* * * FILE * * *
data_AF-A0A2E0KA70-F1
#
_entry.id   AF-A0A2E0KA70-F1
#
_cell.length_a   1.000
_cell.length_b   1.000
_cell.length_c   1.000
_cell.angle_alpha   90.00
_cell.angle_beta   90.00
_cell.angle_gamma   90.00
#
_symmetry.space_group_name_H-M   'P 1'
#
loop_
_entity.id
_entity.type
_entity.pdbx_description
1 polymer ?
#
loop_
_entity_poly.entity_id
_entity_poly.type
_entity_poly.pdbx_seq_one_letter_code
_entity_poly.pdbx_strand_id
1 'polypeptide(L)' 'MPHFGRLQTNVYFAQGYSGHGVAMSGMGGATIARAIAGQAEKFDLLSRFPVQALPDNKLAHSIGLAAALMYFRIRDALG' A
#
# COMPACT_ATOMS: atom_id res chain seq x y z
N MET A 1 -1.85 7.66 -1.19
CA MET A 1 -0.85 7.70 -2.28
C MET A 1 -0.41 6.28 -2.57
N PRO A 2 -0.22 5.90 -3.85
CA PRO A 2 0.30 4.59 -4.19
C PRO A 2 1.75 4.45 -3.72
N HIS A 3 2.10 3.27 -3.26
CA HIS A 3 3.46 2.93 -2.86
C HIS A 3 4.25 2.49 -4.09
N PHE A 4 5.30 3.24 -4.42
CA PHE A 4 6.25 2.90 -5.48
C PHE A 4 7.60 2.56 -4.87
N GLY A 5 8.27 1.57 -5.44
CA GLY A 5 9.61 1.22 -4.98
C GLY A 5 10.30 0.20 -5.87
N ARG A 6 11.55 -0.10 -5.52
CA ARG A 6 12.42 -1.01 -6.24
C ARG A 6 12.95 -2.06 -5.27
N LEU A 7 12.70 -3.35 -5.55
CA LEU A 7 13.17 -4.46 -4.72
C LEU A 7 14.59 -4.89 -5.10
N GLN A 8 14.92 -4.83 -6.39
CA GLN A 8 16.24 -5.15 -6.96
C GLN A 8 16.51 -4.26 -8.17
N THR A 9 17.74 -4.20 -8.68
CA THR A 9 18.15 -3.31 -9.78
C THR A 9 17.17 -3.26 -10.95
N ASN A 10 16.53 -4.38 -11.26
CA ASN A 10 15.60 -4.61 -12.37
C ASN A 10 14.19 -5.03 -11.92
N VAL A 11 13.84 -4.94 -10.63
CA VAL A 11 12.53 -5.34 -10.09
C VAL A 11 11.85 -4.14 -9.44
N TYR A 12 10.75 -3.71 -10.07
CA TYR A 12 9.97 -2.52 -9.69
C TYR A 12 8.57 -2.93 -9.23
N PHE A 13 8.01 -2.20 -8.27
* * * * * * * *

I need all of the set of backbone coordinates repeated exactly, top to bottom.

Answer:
data_AF-A0A2E0KA70-F1
#
_entry.id   AF-A0A2E0KA70-F1
#
_cell.length_a   1.000
_cell.length_b   1.000
_cell.length_c   1.000
_cell.angle_alpha   90.00
_cell.angle_beta   90.00
_cell.angle_gamma   90.00
#
_symmetry.space_group_name_H-M   'P 1'
#
loop_
_entity.id
_entity.type
_entity.pdbx_description
1 polymer ?
#
loop_
_entity_poly.entity_id
_entity_poly.type
_entity_poly.pdbx_seq_one_letter_code
_entity_poly.pdbx_strand_id
1 'polypeptide(L)' 'MPHFGRLQTNVYFAQGYSGHGVAMSGMGGATIARAIAGQAEKFDLLSRFPVQALPDNKLAHSIGLAAALMYFRIRDALG' A
#
# COMPACT_ATOMS: atom_id res chain seq x y z
N MET A 1 -1.85 7.66 -1.19
CA MET A 1 -0.85 7.70 -2.28
C MET A 1 -0.41 6.28 -2.57
N PRO A 2 -0.22 5.90 -3.85
CA PRO A 2 0.30 4.59 -4.19
C PRO A 2 1.75 4.45 -3.72
N HIS A 3 2.10 3.27 -3.26
CA HIS A 3 3.46 2.93 -2.86
C HIS A 3 4.25 2.49 -4.09
N PHE A 4 5.30 3.24 -4.42
CA PHE A 4 6.25 2.90 -5.48
C PHE A 4 7.60 2.56 -4.87
N GLY A 5 8.27 1.57 -5.44
CA GLY A 5 9.61 1.22 -4.98
C GLY A 5 10.30 0.20 -5.87
N ARG A 6 11.55 -0.10 -5.52
CA ARG A 6 12.42 -1.01 -6.24
C ARG A 6 12.95 -2.06 -5.27
N LEU A 7 12.70 -3.35 -5.55
CA LEU A 7 13.17 -4.46 -4.72
C LEU A 7 14.59 -4.89 -5.10
N GLN A 8 14.92 -4.83 -6.39
CA GLN A 8 16.24 -5.15 -6.96
C GLN A 8 16.51 -4.26 -8.17
N THR A 9 17.74 -4.20 -8.68
CA THR A 9 18.15 -3.31 -9.78
C THR A 9 17.17 -3.26 -10.95
N ASN A 10 16.53 -4.38 -11.26
CA ASN A 10 15.60 -4.61 -12.37
C ASN A 10 14.19 -5.03 -11.92
N VAL A 11 13.84 -4.94 -10.63
CA VAL A 11 12.53 -5.34 -10.09
C VAL A 11 11.85 -4.14 -9.44
N TYR A 12 10.75 -3.71 -10.07
CA TYR A 12 9.97 -2.52 -9.69
C TYR A 12 8.57 -2.93 -9.23
N PHE A 13 8.01 -2.20 -8.27